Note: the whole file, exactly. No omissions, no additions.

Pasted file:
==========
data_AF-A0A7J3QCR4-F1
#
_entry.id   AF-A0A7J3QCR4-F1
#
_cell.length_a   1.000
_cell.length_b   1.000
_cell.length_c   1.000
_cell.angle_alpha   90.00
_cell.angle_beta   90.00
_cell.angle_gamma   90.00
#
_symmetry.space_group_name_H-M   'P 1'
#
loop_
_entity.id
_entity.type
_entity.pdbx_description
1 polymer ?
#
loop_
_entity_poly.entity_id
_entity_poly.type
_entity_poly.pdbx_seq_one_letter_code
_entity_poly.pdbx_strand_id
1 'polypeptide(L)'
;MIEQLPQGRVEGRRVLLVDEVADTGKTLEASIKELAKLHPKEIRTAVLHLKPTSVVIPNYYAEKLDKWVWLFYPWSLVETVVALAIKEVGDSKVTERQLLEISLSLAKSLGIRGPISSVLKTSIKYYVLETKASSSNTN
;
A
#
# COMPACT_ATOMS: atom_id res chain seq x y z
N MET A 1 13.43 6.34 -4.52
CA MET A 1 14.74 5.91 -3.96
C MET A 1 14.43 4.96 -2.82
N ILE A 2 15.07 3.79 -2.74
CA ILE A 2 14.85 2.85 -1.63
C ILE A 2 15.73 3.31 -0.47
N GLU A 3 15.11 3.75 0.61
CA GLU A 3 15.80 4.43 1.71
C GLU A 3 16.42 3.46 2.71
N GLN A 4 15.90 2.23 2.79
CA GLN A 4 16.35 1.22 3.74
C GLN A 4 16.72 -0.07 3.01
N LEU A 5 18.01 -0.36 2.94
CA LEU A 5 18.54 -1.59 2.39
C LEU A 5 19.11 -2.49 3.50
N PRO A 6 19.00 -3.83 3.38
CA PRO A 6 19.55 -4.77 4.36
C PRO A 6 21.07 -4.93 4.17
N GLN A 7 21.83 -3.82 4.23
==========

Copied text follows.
data_AF-A0A7J3QCR4-F1
#
_entry.id   AF-A0A7J3QCR4-F1
#
_cell.length_a   1.000
_cell.length_b   1.000
_cell.length_c   1.000
_cell.angle_alpha   90.00
_cell.angle_beta   90.00
_cell.angle_gamma   90.00
#
_symmetry.space_group_name_H-M   'P 1'
#
loop_
_entity.id
_entity.type
_entity.pdbx_description
1 polymer ?
#
loop_
_entity_poly.entity_id
_entity_poly.type
_entity_poly.pdbx_seq_one_letter_code
_entity_poly.pdbx_strand_id
1 'polypeptide(L)'
;MIEQLPQGRVEGRRVLLVDEVADTGKTLEASIKELAKLHPKEIRTAVLHLKPTSVVIPNYYAEKLDKWVWLFYPWSLVETVVALAIKEVGDSKVTERQLLEISLSLAKSLGIRGPISSVLKTSIKYYVLETKASSSNTN
;
A
#
# COMPACT_ATOMS: atom_id res chain seq x y z
N MET A 1 13.43 6.34 -4.52
CA MET A 1 14.74 5.91 -3.96
C MET A 1 14.43 4.96 -2.82
N ILE A 2 15.07 3.79 -2.74
CA ILE A 2 14.85 2.85 -1.63
C ILE A 2 15.73 3.31 -0.47
N GLU A 3 15.11 3.75 0.61
CA GLU A 3 15.80 4.43 1.71
C GLU A 3 16.42 3.46 2.71
N GLN A 4 15.90 2.23 2.79
CA GLN A 4 16.35 1.22 3.74
C GLN A 4 16.72 -0.07 3.01
N LEU A 5 18.01 -0.36 2.94
CA LEU A 5 18.54 -1.59 2.39
C LEU A 5 19.11 -2.49 3.50
N PRO A 6 19.00 -3.83 3.38
CA PRO A 6 19.55 -4.77 4.36
C PRO A 6 21.07 -4.93 4.17
N GLN A 7 21.83 -3.82 4.23